In his article, ‘Withering Heights’ (21 January), Govind Bhattacharjee has highlighted India’s most gigantic scam. Privatization is not its panacea. How many private industrial houses do we have who would be “liquid” enough to pay and acquire public sector units? And even the “liquid” ones might not have the confidence to get involved in units which could be overstaffed. Private sector managements will find it difficult to change the work culture cultivated in para-governmental organisations. So what then is the way out? The beginning can best be made by making all interested Indians aware of why the country embarked on this journey of public undertakings.

The root reason was twofold. One was the ideological inclination of the then Prime Minister Jawaharlal Nehru whose faith in socialism, whether Soviet or Fabian, made it easy to push state ownership of the means of production. Apart from the former Prime Minister and several leaders of the time, the academic environment too was Left-leaning. Capitalism was associated with the West as well as imperialism. Many were psychologically anti-West due to British rule. Marxists, whether Soviet or others, churned out and distributed a great deal of eco-political literature. The capitalist leaning polities on the contrary took much less interest in propaganda. All in all, in India, it became fashionable to be a socialist. Even top industrialists in Kolkata in their social conversations would not hesitate to say that we all have to be socialist. How else would the better off people survive in such a poor country?

Such was the growing milieu in which the party in power introduced a socialistic pattern of society as the national policy at its Avadi session in 1955. There was no significant opposition either by the industrialist classes or chambers of commerce. No political party, except the Bharatiya Jana Sangh, had a contrarian view. Jawaharlal Nehru was thus able to unfurl the banner of socialism without any let or hindrance. From the viewpoint of industrialization, there were a few resourceful entrepreneurs who in due course did establish large factories but these were for products of their commercial choice. There was hardly anyone with funds, inclination or knowhow to build infrastructural units, like steel plants. Such contributions had to be made by the public sector funded entirely by the government.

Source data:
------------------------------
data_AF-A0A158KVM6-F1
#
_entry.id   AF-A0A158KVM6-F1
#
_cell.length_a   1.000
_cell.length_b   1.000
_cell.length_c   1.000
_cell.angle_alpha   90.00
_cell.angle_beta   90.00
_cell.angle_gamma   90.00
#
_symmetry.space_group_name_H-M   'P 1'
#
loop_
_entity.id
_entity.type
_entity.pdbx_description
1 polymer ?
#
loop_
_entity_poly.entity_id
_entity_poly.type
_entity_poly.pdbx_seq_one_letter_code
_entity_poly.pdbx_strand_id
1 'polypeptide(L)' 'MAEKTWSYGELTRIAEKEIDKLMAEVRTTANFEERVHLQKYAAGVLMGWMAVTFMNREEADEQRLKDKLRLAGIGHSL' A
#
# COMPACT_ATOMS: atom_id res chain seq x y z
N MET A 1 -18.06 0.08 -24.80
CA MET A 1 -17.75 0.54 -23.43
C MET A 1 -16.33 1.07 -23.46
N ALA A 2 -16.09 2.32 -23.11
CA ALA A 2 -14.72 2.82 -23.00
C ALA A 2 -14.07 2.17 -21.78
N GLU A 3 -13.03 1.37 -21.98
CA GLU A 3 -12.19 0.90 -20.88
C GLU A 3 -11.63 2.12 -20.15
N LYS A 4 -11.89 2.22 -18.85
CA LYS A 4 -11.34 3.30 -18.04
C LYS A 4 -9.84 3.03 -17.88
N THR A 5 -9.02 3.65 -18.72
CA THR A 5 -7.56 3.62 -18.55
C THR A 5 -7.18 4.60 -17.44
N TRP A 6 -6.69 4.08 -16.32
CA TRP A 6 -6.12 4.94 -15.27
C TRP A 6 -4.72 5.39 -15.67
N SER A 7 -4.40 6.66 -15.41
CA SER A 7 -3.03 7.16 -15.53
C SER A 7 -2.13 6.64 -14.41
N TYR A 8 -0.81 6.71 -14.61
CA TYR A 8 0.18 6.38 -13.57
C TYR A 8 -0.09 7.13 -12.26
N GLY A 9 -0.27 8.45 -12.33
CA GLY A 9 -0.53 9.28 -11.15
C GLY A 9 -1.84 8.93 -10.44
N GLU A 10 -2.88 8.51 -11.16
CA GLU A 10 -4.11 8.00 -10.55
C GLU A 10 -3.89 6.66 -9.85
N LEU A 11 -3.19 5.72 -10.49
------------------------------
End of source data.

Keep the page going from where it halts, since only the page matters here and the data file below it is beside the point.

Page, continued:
Awareness of one particular aspect could have saved the country and its economy, i.e. that investment and management are two different ball-games. This cardinal difference is yet to be recognised. Almost every entrepreneur believes that his offspring, preferably son, is best suited to succeed him. In most cases, he genuinely does not see the difference. His idea of professional management is to employ managers and give them powers but which are subject to the authority of the family member, who is the chairman- cum-managing director. It is true that over the past two decades, it has been realised that non-investment management skills are necessary. But this awareness is still limited in the private sector and even less in the government, where possibly every officer might presume that he is as suitable a manager as he is a bureaucrat.

An officer knows the rules of engagement and meticulously follows the procedures; he has no yardstick of performance and can afford not to think about it. His major interest would be in the number of steps in the ladder of promotion that he has climbed and in how many years of service. There are of course exceptions, but these are by chance and not by choice of career or training. On the other hand, the average ministry would have no hesitation in placing an IAS officer as chief executive if one is needed as well as one is willing. It does not matter if procedure overbears profit so long as the rules are obeyed meticulously.

If this could be the flaw at the level of management, lack of accountability is likely to have been the bane at the top. Ministers are liable to change and the secretaries are prone to transfer or eventually retire. In the ultimate analysis, there is no constant factor to ask for answers; unlike the nag of dividend or the return on investment (ROI) beyond the dividend. So long as the auditor passes the annual accounts, he is happy. His is not to question ROI but only to clarify that the procedure has been adhered to. For him, profit or loss is a matter for the management to worry about. And a PSU has no ultimate, permanent management whose shoe pinches, if not bites, in the event of a loss.